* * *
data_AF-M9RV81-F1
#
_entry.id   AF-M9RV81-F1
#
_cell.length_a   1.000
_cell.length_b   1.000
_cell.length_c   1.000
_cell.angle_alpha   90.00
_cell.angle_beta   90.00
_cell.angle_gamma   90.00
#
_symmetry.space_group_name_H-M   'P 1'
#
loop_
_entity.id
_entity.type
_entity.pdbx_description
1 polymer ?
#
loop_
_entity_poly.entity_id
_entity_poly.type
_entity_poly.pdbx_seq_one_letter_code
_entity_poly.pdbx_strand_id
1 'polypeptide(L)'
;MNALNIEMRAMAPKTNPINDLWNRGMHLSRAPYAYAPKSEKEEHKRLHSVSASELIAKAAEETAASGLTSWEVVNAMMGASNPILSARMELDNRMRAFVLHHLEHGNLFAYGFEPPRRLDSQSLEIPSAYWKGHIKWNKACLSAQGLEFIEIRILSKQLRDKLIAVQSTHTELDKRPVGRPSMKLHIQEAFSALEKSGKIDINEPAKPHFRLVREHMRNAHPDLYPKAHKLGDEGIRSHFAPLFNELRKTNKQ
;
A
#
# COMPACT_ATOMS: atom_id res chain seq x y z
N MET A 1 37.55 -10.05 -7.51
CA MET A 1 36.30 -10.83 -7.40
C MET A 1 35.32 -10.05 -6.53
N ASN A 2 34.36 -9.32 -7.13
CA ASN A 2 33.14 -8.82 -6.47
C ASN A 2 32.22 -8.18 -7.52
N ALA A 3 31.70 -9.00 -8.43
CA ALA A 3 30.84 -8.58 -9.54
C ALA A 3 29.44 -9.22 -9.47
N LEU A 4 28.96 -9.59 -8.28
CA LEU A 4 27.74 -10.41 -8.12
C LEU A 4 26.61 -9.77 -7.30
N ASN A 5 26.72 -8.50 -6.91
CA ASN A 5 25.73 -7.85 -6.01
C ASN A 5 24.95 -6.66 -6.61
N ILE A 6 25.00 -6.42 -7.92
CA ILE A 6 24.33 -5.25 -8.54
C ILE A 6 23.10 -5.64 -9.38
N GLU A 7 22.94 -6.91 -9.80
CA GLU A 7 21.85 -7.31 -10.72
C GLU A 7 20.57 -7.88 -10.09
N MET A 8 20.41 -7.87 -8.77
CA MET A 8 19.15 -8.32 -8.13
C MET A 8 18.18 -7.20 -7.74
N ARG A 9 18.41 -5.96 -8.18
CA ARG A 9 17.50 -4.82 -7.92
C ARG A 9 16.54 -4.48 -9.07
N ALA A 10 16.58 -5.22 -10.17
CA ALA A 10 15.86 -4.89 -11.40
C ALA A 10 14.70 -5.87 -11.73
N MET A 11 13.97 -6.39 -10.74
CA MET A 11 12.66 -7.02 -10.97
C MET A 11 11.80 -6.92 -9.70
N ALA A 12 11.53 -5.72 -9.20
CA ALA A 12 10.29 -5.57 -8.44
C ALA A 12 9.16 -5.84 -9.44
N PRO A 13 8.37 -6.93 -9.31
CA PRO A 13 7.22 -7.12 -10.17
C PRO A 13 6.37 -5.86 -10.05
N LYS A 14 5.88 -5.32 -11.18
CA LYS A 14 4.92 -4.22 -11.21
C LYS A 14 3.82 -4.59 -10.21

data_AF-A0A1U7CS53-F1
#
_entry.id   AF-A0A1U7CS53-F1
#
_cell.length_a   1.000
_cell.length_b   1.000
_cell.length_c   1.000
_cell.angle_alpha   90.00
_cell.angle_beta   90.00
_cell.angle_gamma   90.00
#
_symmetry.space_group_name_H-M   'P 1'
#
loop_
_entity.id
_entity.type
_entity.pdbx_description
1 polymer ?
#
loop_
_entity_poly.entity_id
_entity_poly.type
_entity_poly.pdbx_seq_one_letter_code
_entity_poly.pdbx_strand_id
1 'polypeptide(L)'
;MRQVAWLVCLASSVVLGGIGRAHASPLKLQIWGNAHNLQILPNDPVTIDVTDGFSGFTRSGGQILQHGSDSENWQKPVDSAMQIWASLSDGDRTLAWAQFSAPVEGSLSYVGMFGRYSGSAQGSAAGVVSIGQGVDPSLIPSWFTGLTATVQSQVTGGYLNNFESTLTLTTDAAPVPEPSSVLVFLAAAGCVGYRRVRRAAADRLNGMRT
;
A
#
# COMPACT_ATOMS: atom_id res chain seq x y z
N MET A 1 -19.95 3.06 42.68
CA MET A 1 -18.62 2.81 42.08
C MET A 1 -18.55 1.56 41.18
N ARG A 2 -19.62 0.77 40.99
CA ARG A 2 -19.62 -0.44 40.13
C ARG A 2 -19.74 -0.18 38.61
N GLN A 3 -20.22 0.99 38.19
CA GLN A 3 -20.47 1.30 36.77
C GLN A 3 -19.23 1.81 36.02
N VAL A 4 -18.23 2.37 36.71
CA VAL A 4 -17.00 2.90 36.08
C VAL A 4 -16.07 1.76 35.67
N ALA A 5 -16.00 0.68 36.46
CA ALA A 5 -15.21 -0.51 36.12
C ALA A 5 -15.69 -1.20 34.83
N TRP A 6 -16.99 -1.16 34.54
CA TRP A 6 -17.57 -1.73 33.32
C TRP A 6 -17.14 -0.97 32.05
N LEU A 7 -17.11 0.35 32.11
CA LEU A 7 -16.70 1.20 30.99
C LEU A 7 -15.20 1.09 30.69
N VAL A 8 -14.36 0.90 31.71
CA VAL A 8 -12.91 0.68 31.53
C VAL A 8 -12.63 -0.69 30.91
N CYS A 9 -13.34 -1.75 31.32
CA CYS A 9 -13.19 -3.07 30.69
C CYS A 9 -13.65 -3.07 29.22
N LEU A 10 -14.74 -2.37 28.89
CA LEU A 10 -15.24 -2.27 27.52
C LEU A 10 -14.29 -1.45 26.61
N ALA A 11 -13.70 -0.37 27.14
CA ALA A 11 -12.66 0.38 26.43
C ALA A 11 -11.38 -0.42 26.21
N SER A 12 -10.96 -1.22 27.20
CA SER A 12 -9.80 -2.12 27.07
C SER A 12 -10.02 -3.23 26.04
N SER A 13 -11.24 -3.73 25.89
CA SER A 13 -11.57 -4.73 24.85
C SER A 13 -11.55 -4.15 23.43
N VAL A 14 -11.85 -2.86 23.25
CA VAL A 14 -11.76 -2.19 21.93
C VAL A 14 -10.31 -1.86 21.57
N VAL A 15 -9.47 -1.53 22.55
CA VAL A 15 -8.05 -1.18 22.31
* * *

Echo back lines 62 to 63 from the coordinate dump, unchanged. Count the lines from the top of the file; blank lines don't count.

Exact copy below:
CA MET A 11 12.66 -7.02 -10.97
C MET A 11 11.80 -6.92 -9.70